Loss Control Insights for Petroleum Marketers
5 Tips for Transport Driver Safety
Tanker truck drivers are exposed to obvious hazards (e.g., traffic collisions and hazardous materials) as well as hazards that are harder to spot (e.g., overexertion from moving awkward equipment or falls while climbing onto the truck). Help keep your drivers safe and on the job by focusing on these five areas.
Start with the Right Drivers
Driver error is responsible for up to 94% of auto accidents, so choosing qualified drivers should be the foundation of your safety strategy. Check out our how-to guide for hiring safe drivers, and make sure your employees have the required licenses, certifications and training. If you’ve got a new driver, it’s a good idea to include ride alongs with a more experienced driver as part of their training program.
Understand Risk Factors that Can Lead to Rollovers
Rollovers can occur when you least expect them – even if you’re driving on a straight, dry road during the day. Read up on the real causes of rollovers, and make sure your drivers understand when they’re most at risk. The Federal Motor Carrier Safety Administration offers a variety of free rollover prevention resources, including a short and informative educational video for cargo tank drivers.
Use Three-Point Entry/Exit
Truck steps are often slick with ice, water or mud. To help prevent slips and falls, drivers should always use at least three points of contact (one hand and two feet, or two hands and one foot) when entering or exiting the truck cab. The safest way to exit the cab is by backing out—avoid stepping out sideways, facing forward or jumping straight to the ground.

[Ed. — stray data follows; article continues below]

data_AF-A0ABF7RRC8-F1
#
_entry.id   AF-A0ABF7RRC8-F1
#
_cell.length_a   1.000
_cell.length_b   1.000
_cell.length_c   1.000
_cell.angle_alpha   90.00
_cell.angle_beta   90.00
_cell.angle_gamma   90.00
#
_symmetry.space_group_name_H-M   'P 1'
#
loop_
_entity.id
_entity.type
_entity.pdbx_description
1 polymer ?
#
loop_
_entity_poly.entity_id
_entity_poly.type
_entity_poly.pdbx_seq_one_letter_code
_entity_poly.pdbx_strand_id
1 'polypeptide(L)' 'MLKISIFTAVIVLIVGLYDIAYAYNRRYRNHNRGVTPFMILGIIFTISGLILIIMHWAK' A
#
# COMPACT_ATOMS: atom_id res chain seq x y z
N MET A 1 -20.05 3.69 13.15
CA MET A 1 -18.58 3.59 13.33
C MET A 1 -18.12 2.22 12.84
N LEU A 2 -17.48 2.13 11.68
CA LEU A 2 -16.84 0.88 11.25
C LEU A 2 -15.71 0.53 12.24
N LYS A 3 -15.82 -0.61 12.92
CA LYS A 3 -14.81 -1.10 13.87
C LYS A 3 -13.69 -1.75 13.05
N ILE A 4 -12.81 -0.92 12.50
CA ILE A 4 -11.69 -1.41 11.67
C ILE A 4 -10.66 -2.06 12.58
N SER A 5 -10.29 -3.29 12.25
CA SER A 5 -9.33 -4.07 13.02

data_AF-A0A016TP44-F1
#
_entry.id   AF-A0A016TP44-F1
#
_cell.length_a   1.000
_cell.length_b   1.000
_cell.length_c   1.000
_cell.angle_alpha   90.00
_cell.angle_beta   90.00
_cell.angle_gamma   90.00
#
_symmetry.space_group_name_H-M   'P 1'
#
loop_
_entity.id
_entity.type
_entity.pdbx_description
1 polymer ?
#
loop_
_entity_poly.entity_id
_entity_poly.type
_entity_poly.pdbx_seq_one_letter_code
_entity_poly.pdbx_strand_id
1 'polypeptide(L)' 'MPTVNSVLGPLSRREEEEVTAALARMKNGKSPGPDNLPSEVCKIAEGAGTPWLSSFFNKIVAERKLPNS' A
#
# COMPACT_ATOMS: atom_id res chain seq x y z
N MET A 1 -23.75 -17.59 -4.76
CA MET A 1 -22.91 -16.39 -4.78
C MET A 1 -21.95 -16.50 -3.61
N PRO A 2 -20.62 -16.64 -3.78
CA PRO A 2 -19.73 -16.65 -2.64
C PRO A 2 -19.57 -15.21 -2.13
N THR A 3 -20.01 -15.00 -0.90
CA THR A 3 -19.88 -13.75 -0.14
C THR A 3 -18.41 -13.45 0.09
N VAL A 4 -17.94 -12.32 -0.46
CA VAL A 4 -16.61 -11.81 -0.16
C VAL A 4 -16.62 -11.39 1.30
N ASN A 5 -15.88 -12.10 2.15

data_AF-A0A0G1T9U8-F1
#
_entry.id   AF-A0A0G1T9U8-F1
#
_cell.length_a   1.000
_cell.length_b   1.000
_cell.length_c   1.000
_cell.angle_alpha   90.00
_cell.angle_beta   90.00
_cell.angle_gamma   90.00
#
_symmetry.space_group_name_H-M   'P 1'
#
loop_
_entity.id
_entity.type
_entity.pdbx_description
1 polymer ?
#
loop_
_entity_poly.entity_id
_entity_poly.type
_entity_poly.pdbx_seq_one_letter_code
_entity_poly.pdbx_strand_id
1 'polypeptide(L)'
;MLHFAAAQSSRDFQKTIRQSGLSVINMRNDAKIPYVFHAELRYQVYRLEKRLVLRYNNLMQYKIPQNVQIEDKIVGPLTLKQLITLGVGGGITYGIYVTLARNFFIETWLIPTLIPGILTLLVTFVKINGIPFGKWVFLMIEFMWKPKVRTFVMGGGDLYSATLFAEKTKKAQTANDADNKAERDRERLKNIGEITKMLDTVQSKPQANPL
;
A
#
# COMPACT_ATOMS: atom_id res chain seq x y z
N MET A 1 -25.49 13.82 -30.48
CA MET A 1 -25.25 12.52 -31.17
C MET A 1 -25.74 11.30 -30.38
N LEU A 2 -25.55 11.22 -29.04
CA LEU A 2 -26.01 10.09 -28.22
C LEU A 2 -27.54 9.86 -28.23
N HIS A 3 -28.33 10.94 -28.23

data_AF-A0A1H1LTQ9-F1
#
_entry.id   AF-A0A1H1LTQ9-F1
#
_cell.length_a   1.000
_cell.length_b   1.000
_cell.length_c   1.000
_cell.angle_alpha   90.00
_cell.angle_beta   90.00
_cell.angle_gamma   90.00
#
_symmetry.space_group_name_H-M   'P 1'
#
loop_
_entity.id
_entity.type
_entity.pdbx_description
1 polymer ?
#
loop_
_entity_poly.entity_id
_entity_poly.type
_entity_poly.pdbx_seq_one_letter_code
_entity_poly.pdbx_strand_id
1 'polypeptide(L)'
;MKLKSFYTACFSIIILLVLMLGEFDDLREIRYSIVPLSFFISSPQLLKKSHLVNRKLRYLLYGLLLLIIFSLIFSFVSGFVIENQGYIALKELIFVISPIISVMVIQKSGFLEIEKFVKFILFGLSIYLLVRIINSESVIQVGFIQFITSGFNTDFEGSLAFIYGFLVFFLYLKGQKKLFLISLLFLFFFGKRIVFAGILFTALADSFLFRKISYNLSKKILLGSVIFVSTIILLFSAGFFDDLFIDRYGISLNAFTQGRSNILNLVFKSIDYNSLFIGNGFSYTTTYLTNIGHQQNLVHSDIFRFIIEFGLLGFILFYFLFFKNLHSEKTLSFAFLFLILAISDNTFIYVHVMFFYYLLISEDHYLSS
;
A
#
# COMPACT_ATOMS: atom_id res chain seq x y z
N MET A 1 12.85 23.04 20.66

Avoid Distracted Driving
Federal rules now restrict the use of cell phones by commercial drivers to only hands-free devices (some states ban all cell phone use while driving). To comply with the federal rules, the phone must be in a location where the driver doesn’t have to reach for it, and he or she may only make or receive a call if they can do so by pressing a single button. Sending or reading text messages while driving is banned entirely. Despite the regulations, the safest thing to do for your drivers is to institute a policy that prohibits all cell phone use while behind the wheel.
Don’t Ignore Driver Wellness
The very nature of your drivers’ jobs can make it difficult for them to maintain a healthy diet and activity level, and research shows that poor health can impact driver fatigue and performance (and therefore, the risk of an accident). You can help keep your drivers healthy by promoting wellness on the job and at home. DrivingHealthy.org is a wellness site aimed at commercial motor vehicle drivers. It includes information about managing health conditions that are common among truck drivers and tips for eating healthy and exercising while on the road.
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